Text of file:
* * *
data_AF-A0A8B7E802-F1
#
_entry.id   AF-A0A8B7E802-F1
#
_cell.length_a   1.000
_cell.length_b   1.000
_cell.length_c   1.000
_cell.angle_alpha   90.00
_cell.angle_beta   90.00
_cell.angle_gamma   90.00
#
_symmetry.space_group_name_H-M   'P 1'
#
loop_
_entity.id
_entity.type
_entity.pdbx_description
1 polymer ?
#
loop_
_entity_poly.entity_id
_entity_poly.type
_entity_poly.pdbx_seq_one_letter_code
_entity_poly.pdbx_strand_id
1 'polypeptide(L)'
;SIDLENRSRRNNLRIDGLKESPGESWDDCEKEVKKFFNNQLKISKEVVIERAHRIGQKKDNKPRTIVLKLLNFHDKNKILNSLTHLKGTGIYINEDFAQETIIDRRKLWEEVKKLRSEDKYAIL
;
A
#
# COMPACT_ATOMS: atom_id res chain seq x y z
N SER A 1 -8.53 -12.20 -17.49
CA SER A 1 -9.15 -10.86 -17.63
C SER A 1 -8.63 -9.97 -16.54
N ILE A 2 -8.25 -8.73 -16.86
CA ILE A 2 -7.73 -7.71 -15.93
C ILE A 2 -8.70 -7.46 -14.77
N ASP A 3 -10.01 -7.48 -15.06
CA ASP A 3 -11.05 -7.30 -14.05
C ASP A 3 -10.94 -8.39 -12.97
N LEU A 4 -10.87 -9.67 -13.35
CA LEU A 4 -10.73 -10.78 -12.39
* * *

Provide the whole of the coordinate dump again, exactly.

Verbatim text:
data_AF-A0A8B7E802-F1
#
_entry.id   AF-A0A8B7E802-F1
#
_cell.length_a   1.000
_cell.length_b   1.000
_cell.length_c   1.000
_cell.angle_alpha   90.00
_cell.angle_beta   90.00
_cell.angle_gamma   90.00
#
_symmetry.space_group_name_H-M   'P 1'
#
loop_
_entity.id
_entity.type
_entity.pdbx_description
1 polymer ?
#
loop_
_entity_poly.entity_id
_entity_poly.type
_entity_poly.pdbx_seq_one_letter_code
_entity_poly.pdbx_strand_id
1 'polypeptide(L)'
;SIDLENRSRRNNLRIDGLKESPGESWDDCEKEVKKFFNNQLKISKEVVIERAHRIGQKKDNKPRTIVLKLLNFHDKNKILNSLTHLKGTGIYINEDFAQETIIDRRKLWEEVKKLRSEDKYAIL
;
A
#
# COMPACT_ATOMS: atom_id res chain seq x y z
N SER A 1 -8.53 -12.20 -17.49
CA SER A 1 -9.15 -10.86 -17.63
C SER A 1 -8.63 -9.97 -16.54
N ILE A 2 -8.25 -8.73 -16.86
CA ILE A 2 -7.73 -7.71 -15.93
C ILE A 2 -8.70 -7.46 -14.77
N ASP A 3 -10.01 -7.48 -15.06
CA ASP A 3 -11.05 -7.30 -14.05
C ASP A 3 -10.94 -8.39 -12.97
N LEU A 4 -10.87 -9.67 -13.35
CA LEU A 4 -10.73 -10.78 -12.39